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Thread: Common DataBase Layer
- 01-01-2010, 02:50 AM #1Member
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- Dec 2009
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- 01-01-2010, 04:30 AM #2
I like to use a kind of data accessor approach to database work, where I have a Java bean to "model" the table data, that is ususally one bean or every table, or entity thing I might be interested in using in my application.
And then i have an accessor that fetches me an instance of this bean by querying the database and then populating the results into the bean, or takes an instance of the bean as a parameter and uses the appropriate SQL query to store this into the databse table(s). I would even make this accessor an interface method, and then provider an second class that implements this interface, so as to allow for different low level back end implementations if I later choose to do this.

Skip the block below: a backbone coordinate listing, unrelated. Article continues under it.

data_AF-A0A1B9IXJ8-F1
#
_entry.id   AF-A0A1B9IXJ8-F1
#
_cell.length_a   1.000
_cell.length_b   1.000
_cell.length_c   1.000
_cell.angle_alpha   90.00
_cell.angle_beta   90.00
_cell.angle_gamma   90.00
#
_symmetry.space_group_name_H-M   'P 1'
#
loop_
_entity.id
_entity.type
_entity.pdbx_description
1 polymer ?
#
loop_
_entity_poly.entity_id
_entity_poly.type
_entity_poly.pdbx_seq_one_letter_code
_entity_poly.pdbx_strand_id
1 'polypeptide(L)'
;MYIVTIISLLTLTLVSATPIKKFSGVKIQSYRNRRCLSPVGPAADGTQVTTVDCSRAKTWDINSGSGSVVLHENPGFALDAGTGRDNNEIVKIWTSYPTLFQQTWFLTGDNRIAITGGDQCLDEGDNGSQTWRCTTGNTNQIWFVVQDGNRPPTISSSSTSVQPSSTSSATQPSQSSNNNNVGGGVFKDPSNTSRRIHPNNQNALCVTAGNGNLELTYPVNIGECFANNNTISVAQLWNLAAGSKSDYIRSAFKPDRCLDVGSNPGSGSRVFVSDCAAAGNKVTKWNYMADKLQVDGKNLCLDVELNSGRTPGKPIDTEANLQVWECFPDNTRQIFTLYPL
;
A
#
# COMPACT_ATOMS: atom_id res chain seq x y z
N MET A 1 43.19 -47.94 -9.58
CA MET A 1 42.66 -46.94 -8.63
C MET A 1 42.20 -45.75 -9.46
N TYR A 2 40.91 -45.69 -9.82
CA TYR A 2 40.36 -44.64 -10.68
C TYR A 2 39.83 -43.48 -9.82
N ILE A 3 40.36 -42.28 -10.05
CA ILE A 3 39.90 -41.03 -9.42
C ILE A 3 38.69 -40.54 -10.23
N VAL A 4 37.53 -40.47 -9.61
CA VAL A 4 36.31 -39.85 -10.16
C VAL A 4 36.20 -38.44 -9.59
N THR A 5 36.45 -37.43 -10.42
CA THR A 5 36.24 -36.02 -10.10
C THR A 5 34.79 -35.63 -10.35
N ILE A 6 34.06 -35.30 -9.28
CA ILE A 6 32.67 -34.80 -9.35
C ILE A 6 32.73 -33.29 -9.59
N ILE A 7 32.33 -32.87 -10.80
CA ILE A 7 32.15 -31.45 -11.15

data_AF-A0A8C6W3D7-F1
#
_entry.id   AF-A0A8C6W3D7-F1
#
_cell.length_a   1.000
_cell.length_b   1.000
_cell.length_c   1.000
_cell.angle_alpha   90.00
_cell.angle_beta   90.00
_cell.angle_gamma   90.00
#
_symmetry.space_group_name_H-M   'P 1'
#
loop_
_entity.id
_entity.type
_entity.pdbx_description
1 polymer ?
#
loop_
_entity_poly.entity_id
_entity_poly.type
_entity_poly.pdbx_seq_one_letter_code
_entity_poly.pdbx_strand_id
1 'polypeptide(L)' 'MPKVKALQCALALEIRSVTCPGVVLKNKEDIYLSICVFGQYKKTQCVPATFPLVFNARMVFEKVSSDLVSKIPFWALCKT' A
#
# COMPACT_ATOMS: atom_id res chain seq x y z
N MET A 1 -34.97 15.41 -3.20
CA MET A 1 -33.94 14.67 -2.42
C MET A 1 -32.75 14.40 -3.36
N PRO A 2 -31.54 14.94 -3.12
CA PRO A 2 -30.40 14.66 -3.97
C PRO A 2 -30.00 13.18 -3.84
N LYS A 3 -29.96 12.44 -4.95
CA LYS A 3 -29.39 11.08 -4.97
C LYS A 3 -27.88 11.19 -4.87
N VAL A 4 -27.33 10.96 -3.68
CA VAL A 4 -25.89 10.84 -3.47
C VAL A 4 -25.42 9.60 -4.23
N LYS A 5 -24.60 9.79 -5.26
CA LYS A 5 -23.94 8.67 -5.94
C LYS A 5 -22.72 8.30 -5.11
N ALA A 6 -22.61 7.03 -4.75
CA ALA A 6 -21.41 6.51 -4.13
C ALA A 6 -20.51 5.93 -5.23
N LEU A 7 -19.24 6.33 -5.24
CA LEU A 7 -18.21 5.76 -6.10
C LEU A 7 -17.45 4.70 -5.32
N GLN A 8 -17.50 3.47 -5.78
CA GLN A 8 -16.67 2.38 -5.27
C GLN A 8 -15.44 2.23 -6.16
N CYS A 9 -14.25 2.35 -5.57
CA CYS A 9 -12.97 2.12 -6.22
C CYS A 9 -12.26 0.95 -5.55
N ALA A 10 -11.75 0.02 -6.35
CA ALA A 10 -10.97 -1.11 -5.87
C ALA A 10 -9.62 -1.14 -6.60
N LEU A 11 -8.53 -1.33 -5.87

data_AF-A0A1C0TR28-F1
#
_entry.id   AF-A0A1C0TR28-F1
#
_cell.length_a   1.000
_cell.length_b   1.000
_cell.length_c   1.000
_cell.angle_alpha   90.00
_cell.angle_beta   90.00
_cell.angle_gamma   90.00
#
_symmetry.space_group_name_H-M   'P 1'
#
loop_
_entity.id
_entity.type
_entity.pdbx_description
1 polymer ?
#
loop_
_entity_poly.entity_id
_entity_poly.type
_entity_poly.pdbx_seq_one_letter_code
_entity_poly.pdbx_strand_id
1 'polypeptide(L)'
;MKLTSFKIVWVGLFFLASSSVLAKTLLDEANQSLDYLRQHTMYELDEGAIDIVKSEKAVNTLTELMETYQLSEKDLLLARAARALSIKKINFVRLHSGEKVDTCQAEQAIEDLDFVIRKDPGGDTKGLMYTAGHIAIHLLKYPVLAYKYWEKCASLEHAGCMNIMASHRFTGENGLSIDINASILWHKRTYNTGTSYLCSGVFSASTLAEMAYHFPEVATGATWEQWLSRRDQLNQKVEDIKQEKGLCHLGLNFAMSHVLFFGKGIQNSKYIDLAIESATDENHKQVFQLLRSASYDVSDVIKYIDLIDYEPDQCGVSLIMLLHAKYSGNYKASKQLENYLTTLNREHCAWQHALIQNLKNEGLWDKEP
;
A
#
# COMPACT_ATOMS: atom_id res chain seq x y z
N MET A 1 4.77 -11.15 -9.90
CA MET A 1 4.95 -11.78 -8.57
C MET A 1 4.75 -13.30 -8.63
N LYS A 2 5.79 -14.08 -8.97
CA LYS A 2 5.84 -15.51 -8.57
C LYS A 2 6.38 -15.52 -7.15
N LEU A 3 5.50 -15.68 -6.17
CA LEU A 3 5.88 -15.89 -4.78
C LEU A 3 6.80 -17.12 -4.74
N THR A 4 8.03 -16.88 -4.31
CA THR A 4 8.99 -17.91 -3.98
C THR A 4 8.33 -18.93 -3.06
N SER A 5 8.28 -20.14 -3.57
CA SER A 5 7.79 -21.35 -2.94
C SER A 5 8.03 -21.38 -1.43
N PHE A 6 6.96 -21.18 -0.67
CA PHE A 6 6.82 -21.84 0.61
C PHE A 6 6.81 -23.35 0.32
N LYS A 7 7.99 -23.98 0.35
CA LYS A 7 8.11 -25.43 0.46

So for this, I would have
- a package for the beans.
- a package for the data accessor interfaces
- a package for the data accessor implementation
Then I discovered Hibernate and later iBatis, which i now mainly use the latter, as I prefer to have the control over the SQL queries, so this would be my data accessor implementation.
I also like to use a single interface and implementation of what I call a 'manager', where the implementation ties together one or more data accessor interfaces, such that I have a single component that has all the application level functions i want to do, so my things just need to maintian a reference to this manager, and its implementation has references to the many data accessor classes. this allows for me to have a complex method, such as one that invokes a query in one data accessor and then with each result invokes a second query in a different data accessor. this becomes really useful when the data accessors are backed by different databases, or even different types of data stores, such as LDAP. once you make everything conform to a data accessor interface that gets you a bean, many different things like this become readily possible. I think for this reason some people call this what I call a 'manager' interface, the 'facade design pattern'.
Hope thats inspirational.
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